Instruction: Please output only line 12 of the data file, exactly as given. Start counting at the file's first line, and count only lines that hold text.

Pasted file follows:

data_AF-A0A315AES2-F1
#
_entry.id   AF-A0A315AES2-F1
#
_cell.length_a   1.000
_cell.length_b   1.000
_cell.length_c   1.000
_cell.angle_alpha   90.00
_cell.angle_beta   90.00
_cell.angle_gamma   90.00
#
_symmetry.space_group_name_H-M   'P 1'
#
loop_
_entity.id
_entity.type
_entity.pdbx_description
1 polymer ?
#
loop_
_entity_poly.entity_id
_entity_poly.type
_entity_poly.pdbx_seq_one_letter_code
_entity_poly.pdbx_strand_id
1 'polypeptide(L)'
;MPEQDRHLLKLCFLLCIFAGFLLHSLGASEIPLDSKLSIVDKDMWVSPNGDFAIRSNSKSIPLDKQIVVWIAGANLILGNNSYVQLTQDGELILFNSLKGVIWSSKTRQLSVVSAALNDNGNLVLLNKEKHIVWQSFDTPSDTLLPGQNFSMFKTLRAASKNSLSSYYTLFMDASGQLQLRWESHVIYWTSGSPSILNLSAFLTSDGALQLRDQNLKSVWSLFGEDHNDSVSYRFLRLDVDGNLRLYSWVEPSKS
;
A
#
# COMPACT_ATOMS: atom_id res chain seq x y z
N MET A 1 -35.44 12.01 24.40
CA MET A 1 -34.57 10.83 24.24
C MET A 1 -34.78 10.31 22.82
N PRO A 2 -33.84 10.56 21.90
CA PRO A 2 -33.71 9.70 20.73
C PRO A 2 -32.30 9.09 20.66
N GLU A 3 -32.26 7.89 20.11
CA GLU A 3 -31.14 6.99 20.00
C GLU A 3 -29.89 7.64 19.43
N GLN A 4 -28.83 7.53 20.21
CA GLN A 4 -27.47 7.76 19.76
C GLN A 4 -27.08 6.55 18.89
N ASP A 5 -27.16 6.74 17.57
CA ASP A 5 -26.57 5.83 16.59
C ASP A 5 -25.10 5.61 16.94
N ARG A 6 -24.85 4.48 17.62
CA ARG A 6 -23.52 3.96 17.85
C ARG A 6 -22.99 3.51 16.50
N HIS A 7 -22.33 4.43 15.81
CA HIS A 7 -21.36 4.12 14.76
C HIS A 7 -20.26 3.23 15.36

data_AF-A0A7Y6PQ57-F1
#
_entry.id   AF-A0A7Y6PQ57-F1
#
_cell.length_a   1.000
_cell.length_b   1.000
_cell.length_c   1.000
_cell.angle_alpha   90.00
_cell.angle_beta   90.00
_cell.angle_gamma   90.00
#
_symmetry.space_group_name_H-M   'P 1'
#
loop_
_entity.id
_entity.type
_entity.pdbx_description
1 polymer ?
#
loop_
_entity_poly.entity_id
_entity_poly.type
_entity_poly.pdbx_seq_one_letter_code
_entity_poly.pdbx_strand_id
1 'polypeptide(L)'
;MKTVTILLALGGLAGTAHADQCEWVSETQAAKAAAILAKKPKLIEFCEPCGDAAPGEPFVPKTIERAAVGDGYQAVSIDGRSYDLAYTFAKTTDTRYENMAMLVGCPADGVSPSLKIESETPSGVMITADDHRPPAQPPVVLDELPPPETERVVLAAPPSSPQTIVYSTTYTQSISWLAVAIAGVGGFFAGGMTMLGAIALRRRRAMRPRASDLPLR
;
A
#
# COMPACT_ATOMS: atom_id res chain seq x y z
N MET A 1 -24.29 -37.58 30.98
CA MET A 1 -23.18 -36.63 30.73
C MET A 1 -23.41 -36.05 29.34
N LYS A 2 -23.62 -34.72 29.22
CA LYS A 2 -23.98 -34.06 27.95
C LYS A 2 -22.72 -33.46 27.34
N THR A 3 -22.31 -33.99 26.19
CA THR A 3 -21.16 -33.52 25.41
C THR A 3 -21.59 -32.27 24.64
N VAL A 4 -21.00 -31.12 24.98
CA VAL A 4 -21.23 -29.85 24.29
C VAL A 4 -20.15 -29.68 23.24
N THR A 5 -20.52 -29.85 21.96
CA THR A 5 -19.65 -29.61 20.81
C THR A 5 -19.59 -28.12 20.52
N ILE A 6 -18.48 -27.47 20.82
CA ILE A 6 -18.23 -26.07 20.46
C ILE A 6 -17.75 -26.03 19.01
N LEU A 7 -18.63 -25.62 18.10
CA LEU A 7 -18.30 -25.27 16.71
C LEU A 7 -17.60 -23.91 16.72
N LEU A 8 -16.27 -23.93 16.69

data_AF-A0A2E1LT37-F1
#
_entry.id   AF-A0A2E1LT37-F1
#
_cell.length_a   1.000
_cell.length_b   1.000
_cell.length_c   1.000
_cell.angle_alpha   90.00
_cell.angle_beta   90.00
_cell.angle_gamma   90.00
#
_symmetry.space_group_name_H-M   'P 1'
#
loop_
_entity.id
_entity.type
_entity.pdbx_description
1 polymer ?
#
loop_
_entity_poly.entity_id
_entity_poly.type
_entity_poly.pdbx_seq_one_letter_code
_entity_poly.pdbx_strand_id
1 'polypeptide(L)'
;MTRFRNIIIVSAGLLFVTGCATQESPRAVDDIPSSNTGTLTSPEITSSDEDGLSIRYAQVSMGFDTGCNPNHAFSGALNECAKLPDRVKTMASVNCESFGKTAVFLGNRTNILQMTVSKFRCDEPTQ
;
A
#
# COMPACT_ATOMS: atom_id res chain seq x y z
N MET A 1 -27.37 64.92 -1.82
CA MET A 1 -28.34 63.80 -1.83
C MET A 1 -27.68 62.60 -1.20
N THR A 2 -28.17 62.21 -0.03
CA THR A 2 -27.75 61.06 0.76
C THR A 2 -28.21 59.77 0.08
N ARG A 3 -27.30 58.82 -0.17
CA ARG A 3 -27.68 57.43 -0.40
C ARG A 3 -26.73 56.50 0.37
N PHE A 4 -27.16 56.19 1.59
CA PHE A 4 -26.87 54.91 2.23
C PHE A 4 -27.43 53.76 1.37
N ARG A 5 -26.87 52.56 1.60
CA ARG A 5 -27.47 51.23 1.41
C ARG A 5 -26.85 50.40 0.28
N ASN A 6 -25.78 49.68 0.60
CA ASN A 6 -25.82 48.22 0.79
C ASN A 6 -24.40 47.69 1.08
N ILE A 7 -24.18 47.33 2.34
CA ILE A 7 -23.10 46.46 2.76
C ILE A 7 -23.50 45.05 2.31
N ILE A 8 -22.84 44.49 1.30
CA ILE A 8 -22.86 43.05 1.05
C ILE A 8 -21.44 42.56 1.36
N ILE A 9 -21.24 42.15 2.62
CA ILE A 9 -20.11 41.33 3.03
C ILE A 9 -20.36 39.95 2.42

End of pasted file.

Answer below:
_symmetry.space_group_name_H-M   'P 1'